Malicious spyware Skygofree caught reading WhatsApp messages

Malicious spyware named Skygofree caught reading encrypted WhatsApp messages

News / Malicious spyware Skygofree caught reading encrypted WhatsApp messages

Malicious spyware Skygofree caught reading encrypted WhatsApp messages

A malicious software named Skygofree was used by cyber criminals to read encrypted WhatsApp messages and to force smartphones to spy on their surroundings, researchers have revealed.

Skygofree exploited an Android feature that made apps more accessible for people with disabilities to read anything displayed on the screen, including messages sent and received using encrypted messaging platforms like WhatsApp.

Last year, it came to light that WhatsApp had refused the government's request to create a back door to help the latter access encrypted messages and prevent terrorist attacks across the country. The government has been fighting tooth and nail with messaging firms like WhatsApp for some time, asking them to weaken end-to-end encryption as the feature is allegedly used by terrorists to plan attacks on innocent targets.

So far, it was believed that the real reason behind the feud between the government and WhatsApp was that there was no backdoor that could enable anyone to access messages sent and received on WhatsApp, including the firm itself.

Even though it has denied the government access to encrypted communications, WhatsApp regularly provides limited details to authorities like the name of an account, the date it was created, the last time it was accessed, the IP address of the device which was used to access it and the associated email address.

However, security researchers at Kaspersky Lab recently discovered that an Italian IT company has been able to find a way to access encrypted WhatsApp messages. According to the researchers, the firm created a malicious software to access data stored in smartphones and named it Skygofree after television service Sky Go to make customers believe that nothing was amiss.

Hackers behind the operation have been distributing Skygofree using fake websites designed to mimic websites owned by mobile network operators since 2014. Once the spyware infiltrates a mobile device, it performs a number of tasks like continuously tracking the location of the device, turning on audio recording when the owner is in a certain place, connecting the device to a Wi-Fi network controlled by the hackers to collect traffic, and continuing to operate even when the device has been placed on standby.

The spyware can also include itself in a device's list of favourite apps so that it can continue to function when all apps except for favourites are stopped to save battery or to improve device performance. At the same time, it exploits an accessibility feature in Android to read everything displayed on a screen, including content from popular apps such as Facebook Messenger, Skype, Viber, and WhatsApp.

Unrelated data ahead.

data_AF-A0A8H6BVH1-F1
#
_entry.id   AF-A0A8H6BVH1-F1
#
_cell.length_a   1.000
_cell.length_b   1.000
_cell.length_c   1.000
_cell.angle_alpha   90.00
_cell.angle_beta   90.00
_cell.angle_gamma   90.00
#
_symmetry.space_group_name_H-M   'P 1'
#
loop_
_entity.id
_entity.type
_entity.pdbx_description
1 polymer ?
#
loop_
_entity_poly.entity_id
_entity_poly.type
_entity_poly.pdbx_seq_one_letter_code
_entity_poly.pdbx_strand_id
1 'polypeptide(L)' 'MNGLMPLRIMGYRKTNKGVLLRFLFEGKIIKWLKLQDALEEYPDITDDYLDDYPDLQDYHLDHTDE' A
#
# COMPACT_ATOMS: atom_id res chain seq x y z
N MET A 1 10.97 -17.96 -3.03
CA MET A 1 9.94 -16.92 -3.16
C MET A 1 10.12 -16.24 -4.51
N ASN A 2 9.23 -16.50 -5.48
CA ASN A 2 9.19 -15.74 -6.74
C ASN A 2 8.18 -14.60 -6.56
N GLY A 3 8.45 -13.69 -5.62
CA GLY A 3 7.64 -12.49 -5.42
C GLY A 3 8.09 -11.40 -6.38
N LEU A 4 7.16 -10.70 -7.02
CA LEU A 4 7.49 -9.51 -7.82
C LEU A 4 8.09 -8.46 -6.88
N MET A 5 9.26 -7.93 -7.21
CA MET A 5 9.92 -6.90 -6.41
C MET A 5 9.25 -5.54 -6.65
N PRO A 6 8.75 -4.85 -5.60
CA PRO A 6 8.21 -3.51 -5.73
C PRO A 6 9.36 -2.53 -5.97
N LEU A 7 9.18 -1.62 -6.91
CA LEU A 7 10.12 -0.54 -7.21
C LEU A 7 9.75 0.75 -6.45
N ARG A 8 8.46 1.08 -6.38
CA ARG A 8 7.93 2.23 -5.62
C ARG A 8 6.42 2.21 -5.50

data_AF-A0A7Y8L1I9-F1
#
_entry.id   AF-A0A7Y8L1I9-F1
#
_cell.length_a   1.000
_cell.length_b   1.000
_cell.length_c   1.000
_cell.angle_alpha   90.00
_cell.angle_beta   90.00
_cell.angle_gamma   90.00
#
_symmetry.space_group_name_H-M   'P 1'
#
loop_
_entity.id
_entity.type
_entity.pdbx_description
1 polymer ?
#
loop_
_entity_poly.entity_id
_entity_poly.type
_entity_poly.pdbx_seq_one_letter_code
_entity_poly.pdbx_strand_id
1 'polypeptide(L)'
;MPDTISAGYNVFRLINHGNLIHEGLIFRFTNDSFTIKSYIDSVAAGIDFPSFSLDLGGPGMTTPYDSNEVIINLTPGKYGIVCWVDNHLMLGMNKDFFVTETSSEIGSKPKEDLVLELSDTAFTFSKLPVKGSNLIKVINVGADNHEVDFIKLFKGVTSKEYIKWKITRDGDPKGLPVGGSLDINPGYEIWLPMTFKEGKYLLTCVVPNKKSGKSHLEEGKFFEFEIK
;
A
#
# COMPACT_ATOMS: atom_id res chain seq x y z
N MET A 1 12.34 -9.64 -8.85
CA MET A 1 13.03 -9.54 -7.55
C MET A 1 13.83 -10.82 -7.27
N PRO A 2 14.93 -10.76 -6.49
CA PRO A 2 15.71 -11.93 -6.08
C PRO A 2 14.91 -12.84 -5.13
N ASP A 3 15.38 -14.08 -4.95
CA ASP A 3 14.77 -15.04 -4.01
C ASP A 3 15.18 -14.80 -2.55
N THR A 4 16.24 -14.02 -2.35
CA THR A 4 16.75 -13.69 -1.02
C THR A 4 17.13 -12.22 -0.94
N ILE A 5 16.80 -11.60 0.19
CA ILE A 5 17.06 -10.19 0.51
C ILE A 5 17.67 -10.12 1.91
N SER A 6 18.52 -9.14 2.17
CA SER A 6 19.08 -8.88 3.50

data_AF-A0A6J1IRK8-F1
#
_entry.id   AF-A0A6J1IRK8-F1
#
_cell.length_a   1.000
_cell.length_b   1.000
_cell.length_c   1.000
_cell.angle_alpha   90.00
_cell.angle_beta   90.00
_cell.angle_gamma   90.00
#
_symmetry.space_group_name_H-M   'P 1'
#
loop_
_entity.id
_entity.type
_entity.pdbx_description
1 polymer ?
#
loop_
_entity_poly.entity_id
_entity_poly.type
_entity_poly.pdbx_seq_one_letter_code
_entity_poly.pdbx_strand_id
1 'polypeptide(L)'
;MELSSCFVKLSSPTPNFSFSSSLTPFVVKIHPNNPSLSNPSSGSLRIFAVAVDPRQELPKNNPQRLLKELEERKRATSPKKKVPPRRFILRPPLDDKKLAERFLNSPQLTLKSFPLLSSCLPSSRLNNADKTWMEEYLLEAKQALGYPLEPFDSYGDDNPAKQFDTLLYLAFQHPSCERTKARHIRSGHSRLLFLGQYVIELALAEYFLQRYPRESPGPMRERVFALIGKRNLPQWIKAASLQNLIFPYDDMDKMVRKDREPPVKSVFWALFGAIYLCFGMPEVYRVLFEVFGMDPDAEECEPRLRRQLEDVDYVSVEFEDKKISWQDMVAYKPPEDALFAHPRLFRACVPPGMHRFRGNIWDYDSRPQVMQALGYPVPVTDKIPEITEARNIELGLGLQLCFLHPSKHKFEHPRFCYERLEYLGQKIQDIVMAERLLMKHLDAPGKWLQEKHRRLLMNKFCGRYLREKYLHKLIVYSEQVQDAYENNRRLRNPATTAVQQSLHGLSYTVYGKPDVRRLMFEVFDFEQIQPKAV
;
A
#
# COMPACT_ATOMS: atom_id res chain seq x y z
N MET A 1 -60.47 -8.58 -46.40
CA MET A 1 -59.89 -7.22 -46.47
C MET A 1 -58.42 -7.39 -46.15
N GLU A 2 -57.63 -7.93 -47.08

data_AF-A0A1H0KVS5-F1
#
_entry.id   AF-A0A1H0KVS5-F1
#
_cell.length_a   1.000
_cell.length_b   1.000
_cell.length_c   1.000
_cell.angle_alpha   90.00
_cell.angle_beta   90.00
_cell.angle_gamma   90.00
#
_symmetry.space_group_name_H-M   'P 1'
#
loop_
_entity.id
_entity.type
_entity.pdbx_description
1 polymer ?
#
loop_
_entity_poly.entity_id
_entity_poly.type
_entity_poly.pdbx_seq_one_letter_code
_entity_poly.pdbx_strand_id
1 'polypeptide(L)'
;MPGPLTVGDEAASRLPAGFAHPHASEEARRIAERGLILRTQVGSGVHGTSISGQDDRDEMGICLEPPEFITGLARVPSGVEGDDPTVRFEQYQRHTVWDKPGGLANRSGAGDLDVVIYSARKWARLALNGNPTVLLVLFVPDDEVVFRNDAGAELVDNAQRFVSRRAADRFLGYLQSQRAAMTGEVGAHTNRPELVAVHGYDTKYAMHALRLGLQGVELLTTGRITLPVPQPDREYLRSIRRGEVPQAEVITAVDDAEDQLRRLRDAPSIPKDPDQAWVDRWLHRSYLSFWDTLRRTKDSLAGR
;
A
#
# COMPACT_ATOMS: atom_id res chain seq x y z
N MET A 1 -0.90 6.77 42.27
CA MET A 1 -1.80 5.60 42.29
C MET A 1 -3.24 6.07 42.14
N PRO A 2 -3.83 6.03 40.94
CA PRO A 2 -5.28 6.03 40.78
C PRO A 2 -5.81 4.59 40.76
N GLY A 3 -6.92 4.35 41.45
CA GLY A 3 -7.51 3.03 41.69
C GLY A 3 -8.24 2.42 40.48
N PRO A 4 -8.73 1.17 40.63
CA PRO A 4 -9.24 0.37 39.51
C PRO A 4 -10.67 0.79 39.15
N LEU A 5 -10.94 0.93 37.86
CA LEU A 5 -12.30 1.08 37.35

'It’s a kind of “digital eye” that reads what’s displayed on the screen, and in the case of Skygofree, it collects messages from WhatsApp. Using Accessibility Services requires the user’s permission, but the malware hides the request for permission behind some other, seemingly innocent, request,' the researchers noted.

'Skygofree can secretly turn on the front-facing camera and take a shot when the user unlocks the device — one can only guess how the criminals will use these photos. However, the authors of the innovative Trojan did not dispense with more mundane features. Skygofree can also to intercept calls, SMS messages, calendar entries, and other user data,' they added.

The fact that the spyware has been collecting encrypted WhatsApp communications using deceptive means for years without being spotted by Google or WhatsApp signifies the nature of the threat faced by mobile phone users. While WhatsApp has been successful in protecting the sanctity of end-to-encryption so far, its developers failed to spot this loophole which has been so cleverly exploited by hackers.

To protect their devices from malicious trojans and spyware like Skygofree, Kaspersky Lab suggests that mobile device users should install apps only from official stores, pay attention to misspelled app names, small numbers of downloads, or dubious requests for permissions, and install reliable security solutions which will be able to catch most malicious apps and files, suspicious websites, and dangerous links.

Back in November, Google kicked out a number of malicious apps from its Play Store that belonged to a malware family named Tizi and were used by their creators to record calls from WhatsApp, Viber, and Skype, send and receive SMS messages, and access calendar events, call log, contacts, photos, Wi-Fi encryption keys, and a list of all installed apps. These apps could also record ambient audio and take pictures without displaying the image on the device's screen.

According to Google, if Android device users install the new Google Play Protect malware detection software and keep their devices updated with the latest security patches at all times, they will be protected from such malicious apps as older versions of Android and most security software cannot detect them.

However, security researchers have also suggested that Android device users should not rely fully on the stores’ protections, but should also check app ratings and comments and pay attention to what permissions they grant to apps.

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Jay Jay

Jay has been a technology reporter for almost a decade. When not writing about cybersecurity, he writes about mobile technology for the likes of Indian Express, TechRadar India and Android Headlines

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